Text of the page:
Asia

What to Eat and Drink in Kuala Lumpur

Kuala Lumpur, the capital of Malaysia, is a convergence point for multiple cultures. Muslims from India and South Asia, Buddhist Chinese and expatriates from around the world all call the vibrant metropolis home. Like many other notable food destinations on the continent, a marriage of immigrant traditions and indigineous cuisine makes KL a delicious hot spot for gourmands.


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With so many fine hotels in Kuala Lumpur to choose from, how about you concentrate on Malay cuisine and drinks?

Dishes

Durian – Infamous for its spiky shell and unforgettable stench, the Durian is known as the “King of fruits.” Love it or hate it, Durian is the classic Malaysian fruit of choice. Its aroma has been described as a pungent mixture of “cream cheese, onion sauce, sherry wine, and other incongruous dishes.” Just remember to bring a toothbrush and plenty of mouthwash if you’re on a romantic getaway!


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Roti Canai – You can find these at mamak (Tamil Muslim) or mapley vendor stands all over KL. These are the hamburgers and fries, the mac and cheese, the hot dogs and mustard of Malaysian cuisine. Roti canai consists of a six-inch round or square flatbread with a filling (often curried) of meat, fried egg, fish or vegetables. All in all, a perfect take-away snack or late-night treat.


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Ketupat – A rice dumpling wrapped in a tiny basket of banana leaves, makes up the basic ketupat dish. The veritable “tamales” of Malaysia, a serving often comes in groups of three or four, tied together at the top and perhaps filled with meat and/or vegetables. You’re as likely to find ketupat on KL street corners as in a fancy restaurant, though you might get more beautiful weave designs the higher-end you buy. While you can find versions of ketupat throughout Indonesia, Singapore and the Philippines, the Malaysian take on this classic is pretty exceptional.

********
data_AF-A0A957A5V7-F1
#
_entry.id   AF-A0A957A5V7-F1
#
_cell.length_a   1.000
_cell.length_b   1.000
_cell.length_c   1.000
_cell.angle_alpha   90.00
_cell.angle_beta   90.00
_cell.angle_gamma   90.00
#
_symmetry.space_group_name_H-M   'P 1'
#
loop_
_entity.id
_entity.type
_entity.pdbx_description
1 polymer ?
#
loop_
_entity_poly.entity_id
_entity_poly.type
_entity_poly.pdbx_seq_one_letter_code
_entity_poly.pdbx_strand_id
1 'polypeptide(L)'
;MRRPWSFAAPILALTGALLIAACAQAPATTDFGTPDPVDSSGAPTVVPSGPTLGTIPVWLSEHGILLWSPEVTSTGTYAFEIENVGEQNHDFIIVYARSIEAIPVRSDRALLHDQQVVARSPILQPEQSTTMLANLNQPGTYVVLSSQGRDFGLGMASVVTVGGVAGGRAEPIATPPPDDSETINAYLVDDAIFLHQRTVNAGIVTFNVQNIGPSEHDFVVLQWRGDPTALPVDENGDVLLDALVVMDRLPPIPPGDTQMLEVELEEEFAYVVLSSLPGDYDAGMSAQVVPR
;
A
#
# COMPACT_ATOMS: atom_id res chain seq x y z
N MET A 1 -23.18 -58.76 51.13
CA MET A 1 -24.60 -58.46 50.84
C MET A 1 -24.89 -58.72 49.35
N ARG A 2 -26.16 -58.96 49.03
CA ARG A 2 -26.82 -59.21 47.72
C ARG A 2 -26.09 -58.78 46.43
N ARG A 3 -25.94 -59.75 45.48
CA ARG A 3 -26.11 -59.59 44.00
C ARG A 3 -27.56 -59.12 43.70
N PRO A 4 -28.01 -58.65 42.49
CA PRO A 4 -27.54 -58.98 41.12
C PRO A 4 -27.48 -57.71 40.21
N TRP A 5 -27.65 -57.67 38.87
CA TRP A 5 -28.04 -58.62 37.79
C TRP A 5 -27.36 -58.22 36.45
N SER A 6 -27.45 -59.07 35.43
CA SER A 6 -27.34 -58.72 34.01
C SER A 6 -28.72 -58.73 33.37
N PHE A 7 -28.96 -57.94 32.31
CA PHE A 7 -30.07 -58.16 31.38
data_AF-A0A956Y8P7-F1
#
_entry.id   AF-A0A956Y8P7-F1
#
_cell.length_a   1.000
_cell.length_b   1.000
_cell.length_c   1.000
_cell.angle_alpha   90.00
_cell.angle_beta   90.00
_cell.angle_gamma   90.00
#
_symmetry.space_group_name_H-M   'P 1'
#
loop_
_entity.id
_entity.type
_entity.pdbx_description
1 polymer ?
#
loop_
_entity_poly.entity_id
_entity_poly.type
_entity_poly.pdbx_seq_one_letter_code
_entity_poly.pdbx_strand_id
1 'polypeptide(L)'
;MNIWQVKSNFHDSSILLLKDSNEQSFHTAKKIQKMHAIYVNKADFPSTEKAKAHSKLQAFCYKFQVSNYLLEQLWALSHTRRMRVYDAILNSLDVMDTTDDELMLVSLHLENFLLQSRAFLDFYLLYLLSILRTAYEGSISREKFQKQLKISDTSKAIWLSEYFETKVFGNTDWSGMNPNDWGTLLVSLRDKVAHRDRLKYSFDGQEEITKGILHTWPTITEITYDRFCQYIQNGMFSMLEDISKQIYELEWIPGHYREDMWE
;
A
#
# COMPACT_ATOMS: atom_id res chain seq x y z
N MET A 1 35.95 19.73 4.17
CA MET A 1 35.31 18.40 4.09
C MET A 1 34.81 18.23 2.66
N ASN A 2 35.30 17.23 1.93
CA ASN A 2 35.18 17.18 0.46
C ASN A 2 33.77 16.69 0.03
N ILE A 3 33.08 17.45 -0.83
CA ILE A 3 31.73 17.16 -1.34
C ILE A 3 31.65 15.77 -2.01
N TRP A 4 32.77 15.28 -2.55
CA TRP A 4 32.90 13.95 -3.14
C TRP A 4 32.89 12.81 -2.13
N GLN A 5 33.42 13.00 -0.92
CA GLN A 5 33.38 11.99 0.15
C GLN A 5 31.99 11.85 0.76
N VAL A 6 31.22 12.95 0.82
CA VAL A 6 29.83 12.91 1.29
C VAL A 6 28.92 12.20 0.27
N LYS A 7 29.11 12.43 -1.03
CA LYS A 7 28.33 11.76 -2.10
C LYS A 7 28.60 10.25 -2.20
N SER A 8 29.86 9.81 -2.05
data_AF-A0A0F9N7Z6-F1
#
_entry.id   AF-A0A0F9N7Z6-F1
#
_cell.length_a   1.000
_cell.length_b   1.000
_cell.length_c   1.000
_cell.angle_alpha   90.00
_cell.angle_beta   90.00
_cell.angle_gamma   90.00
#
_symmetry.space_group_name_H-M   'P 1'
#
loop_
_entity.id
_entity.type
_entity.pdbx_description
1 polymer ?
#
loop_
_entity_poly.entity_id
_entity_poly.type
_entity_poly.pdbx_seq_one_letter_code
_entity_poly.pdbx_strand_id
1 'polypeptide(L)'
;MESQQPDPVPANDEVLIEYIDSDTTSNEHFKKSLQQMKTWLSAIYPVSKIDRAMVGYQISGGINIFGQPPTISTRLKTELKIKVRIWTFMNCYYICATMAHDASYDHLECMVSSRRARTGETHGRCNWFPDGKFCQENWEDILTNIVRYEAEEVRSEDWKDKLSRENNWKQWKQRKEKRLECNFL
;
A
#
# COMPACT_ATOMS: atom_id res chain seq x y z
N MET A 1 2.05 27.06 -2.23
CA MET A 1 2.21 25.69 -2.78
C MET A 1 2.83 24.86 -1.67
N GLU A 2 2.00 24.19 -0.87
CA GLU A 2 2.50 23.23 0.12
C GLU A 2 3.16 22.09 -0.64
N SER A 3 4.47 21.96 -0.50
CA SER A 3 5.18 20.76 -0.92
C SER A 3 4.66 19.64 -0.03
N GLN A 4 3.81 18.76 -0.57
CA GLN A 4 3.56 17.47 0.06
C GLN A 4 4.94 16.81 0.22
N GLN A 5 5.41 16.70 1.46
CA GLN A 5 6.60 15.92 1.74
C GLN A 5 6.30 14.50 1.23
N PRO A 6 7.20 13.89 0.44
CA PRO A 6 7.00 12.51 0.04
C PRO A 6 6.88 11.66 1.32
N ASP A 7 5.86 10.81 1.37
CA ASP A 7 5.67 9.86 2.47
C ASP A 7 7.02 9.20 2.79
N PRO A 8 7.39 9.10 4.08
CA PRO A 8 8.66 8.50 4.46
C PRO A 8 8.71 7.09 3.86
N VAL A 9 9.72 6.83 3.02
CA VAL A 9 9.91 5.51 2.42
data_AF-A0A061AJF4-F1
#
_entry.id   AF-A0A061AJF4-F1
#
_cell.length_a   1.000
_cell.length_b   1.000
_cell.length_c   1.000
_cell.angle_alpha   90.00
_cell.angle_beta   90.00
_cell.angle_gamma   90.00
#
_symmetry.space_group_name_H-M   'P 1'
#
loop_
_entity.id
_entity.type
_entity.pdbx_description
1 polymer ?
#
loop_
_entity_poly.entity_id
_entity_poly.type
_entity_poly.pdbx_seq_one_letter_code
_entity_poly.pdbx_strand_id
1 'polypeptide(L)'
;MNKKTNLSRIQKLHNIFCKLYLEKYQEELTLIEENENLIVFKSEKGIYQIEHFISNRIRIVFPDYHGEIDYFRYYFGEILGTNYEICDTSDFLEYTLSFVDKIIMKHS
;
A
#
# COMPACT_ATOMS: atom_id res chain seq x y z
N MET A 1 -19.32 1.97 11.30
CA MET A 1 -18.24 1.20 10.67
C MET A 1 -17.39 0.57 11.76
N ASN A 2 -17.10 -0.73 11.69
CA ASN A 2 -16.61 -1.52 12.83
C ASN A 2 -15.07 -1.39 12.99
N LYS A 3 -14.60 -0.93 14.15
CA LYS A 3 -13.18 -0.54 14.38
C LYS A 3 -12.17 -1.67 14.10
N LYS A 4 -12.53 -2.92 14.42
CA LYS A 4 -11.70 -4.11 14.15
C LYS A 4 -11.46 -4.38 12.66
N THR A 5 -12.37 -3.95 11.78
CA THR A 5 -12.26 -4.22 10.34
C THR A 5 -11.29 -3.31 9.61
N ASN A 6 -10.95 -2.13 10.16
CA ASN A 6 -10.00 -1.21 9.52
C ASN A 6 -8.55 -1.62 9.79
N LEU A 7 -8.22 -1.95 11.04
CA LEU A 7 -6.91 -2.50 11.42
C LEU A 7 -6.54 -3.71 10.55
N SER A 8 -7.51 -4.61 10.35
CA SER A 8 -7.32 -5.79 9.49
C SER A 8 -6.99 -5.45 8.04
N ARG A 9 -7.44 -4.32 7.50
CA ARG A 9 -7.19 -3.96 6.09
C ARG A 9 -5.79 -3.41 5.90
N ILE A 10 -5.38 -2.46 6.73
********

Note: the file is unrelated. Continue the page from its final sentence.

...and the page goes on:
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Kuih – Like afternoon tea, kuih is less a dish and more like a full meal of luscious and savoury sweets. Everyone’s kuih differs, from grandmothers to high-end restaurant cooks. Generally though, a kuih platter consists of coconut milk rice pudding, a few small spiced pastries, and a moist cake flavored with the essence of pandan leaves.


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Drinks

Teh Tarik – Literally meaning “pulled tea,” teh tarik is the drink of choice for many Malaysians. The tea is prepared with condensed milk and “stretched” through two cups to get a frothy texture. Like most drinks in tropical Southeast Asia, teh tarik tends to be sweet. If that’s not your thing, call out “kurang manis,” or “less sugar”, when your order.


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Bandung – Also known as “Sirup Bandung” this rose-flavored beverage is just the remedy to cool down in KL’s tropical rainforest climate. The delicious drink, a popular accompaniment for a variety of Malay dishes, is basically milk with a heavy infusion of sweet rose cordial and sometimes, a dollop of whipped cream. A sip of bandung, whether from a street vendor or supermarket mix made at home, is a definite must for visitors to Kuala Lumpur.


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